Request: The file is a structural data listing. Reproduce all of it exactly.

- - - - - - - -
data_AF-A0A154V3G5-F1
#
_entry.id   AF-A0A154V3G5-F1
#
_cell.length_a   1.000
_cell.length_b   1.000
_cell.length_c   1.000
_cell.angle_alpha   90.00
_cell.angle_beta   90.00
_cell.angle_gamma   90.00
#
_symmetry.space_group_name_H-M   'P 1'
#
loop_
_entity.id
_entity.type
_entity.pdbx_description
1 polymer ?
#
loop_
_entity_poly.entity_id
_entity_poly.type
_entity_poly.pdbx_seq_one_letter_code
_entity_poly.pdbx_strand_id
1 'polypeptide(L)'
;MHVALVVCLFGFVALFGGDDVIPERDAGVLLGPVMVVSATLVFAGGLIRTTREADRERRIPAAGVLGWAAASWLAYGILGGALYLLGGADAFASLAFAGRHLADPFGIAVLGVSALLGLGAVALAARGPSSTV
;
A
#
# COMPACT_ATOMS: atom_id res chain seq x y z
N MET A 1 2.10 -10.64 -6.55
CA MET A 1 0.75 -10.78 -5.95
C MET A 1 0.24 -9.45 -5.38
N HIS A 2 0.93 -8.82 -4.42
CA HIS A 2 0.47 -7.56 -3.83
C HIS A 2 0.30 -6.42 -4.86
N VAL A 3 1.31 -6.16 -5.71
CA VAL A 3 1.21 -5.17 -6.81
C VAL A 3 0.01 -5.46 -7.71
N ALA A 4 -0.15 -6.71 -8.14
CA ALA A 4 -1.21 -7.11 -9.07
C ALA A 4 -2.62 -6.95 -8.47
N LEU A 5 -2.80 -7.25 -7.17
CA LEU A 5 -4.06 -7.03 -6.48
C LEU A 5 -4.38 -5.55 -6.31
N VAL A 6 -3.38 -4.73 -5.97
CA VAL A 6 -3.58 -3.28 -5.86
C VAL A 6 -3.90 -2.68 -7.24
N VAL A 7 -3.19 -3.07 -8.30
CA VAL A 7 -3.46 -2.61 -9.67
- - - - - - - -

data_AF-A0A154V3G5-F1
#
_entry.id   AF-A0A154V3G5-F1
#
_cell.length_a   1.000
_cell.length_b   1.000
_cell.length_c   1.000
_cell.angle_alpha   90.00
_cell.angle_beta   90.00
_cell.angle_gamma   90.00
#
_symmetry.space_group_name_H-M   'P 1'
#
loop_
_entity.id
_entity.type
_entity.pdbx_description
1 polymer ?
#
loop_
_entity_poly.entity_id
_entity_poly.type
_entity_poly.pdbx_seq_one_letter_code
_entity_poly.pdbx_strand_id
1 'polypeptide(L)'
;MHVALVVCLFGFVALFGGDDVIPERDAGVLLGPVMVVSATLVFAGGLIRTTREADRERRIPAAGVLGWAAASWLAYGILGGALYLLGGADAFASLAFAGRHLADPFGIAVLGVSALLGLGAVALAARGPSSTV
;
A
#
# COMPACT_ATOMS: atom_id res chain seq x y z
N MET A 1 2.10 -10.64 -6.55
CA MET A 1 0.75 -10.78 -5.95
C MET A 1 0.24 -9.45 -5.38
N HIS A 2 0.93 -8.82 -4.42
CA HIS A 2 0.47 -7.56 -3.83
C HIS A 2 0.30 -6.42 -4.86
N VAL A 3 1.31 -6.16 -5.71
CA VAL A 3 1.21 -5.17 -6.81
C VAL A 3 0.01 -5.46 -7.71
N ALA A 4 -0.15 -6.71 -8.14
CA ALA A 4 -1.21 -7.11 -9.07
C ALA A 4 -2.62 -6.95 -8.47
N LEU A 5 -2.80 -7.25 -7.17
CA LEU A 5 -4.06 -7.03 -6.48
C LEU A 5 -4.38 -5.55 -6.31
N VAL A 6 -3.38 -4.73 -5.97
CA VAL A 6 -3.58 -3.28 -5.86
C VAL A 6 -3.90 -2.68 -7.24
N VAL A 7 -3.19 -3.07 -8.30
CA VAL A 7 -3.46 -2.61 -9.67